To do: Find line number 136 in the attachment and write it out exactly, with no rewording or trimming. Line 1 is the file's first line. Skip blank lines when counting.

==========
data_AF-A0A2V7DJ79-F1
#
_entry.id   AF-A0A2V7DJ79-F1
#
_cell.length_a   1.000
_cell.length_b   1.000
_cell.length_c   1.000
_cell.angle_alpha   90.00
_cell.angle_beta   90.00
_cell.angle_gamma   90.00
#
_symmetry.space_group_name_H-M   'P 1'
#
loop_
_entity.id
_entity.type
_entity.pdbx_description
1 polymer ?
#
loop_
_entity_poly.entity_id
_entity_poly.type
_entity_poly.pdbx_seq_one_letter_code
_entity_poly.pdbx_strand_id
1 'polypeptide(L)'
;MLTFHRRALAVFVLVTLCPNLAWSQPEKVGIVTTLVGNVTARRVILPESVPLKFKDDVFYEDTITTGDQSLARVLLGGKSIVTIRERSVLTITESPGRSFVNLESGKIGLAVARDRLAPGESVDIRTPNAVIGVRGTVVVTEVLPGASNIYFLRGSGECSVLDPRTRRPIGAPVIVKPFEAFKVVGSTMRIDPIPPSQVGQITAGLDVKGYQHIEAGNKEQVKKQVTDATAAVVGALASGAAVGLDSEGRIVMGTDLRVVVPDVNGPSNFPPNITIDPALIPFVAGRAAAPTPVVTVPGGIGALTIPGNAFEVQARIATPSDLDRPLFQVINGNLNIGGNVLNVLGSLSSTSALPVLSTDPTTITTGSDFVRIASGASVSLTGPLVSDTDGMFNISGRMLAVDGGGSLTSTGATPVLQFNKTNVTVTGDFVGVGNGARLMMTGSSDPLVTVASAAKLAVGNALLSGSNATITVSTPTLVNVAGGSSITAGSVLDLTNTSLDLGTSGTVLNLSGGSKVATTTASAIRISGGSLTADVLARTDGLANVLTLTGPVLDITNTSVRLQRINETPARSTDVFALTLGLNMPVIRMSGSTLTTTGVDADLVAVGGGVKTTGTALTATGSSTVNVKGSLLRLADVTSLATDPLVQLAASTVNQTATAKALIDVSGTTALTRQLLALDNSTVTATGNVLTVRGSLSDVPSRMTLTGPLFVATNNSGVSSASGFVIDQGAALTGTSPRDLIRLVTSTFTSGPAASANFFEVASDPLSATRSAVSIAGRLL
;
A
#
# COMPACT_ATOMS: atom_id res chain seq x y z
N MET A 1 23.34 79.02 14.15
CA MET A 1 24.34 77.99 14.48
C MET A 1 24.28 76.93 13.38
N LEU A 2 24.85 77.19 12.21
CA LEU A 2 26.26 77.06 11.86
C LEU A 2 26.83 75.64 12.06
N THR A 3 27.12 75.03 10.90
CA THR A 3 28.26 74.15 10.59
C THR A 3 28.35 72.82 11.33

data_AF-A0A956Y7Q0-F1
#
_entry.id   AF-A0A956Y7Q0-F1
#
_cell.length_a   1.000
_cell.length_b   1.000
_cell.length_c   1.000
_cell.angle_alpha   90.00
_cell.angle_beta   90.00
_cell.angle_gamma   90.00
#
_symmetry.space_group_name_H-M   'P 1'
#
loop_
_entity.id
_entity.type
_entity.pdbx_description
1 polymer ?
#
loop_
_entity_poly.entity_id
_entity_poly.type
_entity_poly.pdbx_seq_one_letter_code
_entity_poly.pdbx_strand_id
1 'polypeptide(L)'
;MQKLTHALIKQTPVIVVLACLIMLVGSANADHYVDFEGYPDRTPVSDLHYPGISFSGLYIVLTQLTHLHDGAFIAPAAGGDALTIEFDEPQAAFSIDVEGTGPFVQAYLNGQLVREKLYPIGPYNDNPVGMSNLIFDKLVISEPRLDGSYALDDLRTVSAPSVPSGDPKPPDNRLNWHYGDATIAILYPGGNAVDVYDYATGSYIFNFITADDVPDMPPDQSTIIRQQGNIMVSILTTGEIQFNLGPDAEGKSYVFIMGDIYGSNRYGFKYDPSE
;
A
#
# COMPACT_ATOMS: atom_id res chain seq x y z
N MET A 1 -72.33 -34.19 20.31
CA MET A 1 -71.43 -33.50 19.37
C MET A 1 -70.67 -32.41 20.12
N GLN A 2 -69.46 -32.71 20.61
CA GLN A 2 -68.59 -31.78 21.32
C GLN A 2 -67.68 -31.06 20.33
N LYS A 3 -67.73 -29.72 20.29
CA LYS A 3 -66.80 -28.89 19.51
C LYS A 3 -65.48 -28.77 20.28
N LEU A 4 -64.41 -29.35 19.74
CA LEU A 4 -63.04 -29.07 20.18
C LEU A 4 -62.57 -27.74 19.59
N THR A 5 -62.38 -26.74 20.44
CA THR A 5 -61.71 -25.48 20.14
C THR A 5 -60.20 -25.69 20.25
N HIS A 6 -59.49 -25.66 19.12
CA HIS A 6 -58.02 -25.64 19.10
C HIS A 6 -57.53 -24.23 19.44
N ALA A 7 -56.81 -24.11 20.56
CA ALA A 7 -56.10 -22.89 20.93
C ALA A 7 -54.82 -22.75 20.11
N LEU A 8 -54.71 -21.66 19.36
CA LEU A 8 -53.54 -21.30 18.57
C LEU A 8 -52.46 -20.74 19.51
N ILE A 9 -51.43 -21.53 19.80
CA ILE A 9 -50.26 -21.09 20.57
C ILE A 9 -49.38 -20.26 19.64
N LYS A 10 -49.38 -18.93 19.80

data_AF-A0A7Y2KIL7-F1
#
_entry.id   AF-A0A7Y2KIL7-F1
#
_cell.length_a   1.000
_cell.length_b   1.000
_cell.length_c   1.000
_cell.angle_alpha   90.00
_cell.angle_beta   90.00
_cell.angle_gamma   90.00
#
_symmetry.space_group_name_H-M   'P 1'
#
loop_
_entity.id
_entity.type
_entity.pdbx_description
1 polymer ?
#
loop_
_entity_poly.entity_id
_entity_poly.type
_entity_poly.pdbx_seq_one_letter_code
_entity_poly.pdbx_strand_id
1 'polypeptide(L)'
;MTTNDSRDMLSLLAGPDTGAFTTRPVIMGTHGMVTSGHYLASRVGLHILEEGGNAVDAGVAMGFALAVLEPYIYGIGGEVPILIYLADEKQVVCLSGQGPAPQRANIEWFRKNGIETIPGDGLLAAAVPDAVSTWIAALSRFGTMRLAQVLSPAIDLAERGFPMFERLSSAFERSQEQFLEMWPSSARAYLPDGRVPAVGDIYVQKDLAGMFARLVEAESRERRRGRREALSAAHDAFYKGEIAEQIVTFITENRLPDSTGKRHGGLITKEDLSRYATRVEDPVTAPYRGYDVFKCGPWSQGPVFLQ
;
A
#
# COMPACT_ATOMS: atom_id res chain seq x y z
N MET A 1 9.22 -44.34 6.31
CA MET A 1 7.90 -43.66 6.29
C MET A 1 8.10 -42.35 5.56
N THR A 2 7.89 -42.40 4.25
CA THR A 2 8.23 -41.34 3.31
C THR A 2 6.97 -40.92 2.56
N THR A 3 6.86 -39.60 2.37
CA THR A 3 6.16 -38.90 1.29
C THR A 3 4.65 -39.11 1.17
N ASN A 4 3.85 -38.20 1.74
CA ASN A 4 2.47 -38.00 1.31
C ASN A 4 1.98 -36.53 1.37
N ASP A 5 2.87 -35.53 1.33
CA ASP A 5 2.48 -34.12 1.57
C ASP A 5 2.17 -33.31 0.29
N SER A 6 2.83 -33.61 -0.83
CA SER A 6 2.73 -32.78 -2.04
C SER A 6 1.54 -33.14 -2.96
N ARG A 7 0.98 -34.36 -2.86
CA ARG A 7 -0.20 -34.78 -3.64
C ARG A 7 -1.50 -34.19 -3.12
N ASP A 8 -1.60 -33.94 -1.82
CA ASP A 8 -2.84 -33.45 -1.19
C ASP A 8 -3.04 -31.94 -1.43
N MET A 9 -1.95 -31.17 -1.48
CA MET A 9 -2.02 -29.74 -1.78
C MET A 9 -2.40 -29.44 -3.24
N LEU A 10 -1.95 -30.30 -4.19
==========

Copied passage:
C THR A 3 4.65 -39.11 1.17